Dartmouth Medical School geneticists studying the biological clock have opened yet another window into the role of an unusual form of RNA known as antisense that blocks the messages of protein-encoding genes.
They found that antisense RNA appears to regulate core timing genes in the circadaian clock that drives the 24-hour light-dark cycle of Neurospora, a model organism better known as bread mold.
The results are reported in the February 27 Nature by Drs. Jennifer Loros and Jay C. Dunlap, both DMS professors, and Susan K. Crosthwaite, formerly a postdoctoral fellow at DMS, and Cas Kramer, both of the University of Manchester, England.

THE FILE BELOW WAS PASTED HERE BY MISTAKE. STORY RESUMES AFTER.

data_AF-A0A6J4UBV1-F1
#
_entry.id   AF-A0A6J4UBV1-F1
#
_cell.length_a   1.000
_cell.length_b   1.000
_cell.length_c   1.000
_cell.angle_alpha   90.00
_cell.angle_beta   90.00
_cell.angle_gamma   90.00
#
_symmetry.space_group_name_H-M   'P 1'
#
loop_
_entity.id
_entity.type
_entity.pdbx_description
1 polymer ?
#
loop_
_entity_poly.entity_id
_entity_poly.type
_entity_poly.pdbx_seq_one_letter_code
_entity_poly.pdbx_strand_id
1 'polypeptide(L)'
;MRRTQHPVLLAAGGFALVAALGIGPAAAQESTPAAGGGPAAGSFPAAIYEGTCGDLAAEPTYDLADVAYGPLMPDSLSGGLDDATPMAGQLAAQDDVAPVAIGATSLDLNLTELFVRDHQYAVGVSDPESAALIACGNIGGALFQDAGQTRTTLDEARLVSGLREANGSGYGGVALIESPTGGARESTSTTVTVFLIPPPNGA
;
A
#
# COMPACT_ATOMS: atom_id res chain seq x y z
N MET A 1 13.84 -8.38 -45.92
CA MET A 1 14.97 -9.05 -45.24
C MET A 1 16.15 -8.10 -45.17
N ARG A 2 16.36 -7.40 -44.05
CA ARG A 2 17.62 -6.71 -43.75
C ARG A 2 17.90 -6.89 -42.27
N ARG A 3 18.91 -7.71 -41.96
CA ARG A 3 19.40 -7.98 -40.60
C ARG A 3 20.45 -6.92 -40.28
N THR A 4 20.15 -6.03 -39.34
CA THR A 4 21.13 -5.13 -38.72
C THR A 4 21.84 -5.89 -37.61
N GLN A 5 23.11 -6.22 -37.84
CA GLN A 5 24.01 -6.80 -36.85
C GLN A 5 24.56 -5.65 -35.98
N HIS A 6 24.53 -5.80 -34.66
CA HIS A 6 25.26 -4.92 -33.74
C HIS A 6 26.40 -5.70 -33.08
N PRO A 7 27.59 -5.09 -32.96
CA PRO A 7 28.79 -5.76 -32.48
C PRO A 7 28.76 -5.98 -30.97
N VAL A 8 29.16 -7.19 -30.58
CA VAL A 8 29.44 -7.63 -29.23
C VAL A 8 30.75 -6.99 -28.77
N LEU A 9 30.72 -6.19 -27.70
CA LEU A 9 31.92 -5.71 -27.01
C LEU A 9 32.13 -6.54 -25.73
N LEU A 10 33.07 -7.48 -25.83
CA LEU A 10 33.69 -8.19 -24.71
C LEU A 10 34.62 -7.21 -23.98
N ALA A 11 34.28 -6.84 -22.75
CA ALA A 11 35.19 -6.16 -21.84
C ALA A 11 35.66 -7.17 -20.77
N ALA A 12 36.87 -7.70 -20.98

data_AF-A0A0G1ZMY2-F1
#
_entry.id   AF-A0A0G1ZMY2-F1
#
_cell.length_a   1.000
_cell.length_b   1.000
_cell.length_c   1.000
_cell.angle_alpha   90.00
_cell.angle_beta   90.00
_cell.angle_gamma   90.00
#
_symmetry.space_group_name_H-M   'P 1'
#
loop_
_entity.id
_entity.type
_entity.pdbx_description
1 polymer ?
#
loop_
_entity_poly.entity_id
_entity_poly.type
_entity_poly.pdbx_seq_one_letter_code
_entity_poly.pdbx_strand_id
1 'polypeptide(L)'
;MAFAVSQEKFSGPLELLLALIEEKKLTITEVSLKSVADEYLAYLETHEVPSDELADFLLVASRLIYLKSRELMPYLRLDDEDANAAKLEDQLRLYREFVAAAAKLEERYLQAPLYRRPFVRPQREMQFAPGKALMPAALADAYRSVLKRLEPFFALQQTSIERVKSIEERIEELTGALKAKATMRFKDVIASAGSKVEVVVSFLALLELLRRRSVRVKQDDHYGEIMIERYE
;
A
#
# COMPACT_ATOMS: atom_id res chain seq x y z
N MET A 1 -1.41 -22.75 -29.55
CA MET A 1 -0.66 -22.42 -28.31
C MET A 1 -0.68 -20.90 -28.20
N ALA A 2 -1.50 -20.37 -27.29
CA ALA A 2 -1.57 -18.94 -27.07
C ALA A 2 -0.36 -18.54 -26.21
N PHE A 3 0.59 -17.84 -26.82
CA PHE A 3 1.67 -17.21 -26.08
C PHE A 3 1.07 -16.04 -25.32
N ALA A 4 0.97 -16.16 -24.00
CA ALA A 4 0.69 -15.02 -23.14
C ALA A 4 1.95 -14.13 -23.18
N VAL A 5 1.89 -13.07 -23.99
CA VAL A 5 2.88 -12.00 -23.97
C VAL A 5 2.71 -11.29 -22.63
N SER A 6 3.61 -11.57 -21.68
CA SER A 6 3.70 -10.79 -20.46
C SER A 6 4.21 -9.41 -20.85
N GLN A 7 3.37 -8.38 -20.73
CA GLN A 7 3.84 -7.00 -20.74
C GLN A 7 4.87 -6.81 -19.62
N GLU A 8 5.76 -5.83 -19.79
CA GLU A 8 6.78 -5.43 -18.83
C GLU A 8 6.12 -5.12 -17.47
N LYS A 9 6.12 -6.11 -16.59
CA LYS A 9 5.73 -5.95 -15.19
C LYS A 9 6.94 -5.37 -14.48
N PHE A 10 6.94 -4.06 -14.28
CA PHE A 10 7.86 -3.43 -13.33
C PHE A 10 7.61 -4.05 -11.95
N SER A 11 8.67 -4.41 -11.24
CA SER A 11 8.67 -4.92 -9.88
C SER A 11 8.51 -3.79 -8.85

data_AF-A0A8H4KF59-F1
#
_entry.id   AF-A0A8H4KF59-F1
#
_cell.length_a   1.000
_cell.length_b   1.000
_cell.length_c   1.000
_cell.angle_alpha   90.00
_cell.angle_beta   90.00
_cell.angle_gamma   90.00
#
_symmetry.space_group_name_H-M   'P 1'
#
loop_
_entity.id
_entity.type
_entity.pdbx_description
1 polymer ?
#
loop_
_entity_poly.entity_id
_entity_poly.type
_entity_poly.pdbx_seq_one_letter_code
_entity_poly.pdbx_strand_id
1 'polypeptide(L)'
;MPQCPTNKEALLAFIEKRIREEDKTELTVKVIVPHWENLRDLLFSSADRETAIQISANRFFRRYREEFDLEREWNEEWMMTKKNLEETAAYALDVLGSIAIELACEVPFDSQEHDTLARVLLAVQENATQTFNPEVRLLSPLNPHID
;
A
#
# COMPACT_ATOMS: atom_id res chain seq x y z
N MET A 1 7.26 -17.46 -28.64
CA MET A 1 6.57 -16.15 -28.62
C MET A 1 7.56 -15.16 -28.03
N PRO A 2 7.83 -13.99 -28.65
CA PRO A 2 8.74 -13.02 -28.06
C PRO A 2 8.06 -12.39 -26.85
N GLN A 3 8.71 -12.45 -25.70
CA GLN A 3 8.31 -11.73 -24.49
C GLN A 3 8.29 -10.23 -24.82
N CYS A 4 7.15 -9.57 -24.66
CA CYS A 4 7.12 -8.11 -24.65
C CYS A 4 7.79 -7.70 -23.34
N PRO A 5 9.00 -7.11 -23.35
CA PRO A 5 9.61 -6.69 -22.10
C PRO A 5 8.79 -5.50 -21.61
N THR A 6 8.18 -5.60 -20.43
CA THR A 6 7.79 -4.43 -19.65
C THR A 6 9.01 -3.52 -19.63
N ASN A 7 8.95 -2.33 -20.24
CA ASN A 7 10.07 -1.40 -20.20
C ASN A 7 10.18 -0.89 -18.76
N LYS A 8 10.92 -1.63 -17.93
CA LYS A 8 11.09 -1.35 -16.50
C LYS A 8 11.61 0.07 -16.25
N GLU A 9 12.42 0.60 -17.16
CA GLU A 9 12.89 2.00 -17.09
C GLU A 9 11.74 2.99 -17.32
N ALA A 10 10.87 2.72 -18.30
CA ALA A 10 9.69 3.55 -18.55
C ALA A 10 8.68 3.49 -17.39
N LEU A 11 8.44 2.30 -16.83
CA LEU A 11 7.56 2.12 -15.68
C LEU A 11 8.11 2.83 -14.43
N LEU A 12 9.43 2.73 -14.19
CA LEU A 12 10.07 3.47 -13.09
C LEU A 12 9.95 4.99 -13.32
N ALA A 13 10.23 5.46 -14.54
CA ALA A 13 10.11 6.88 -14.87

DMS Communications | EurekAlert!
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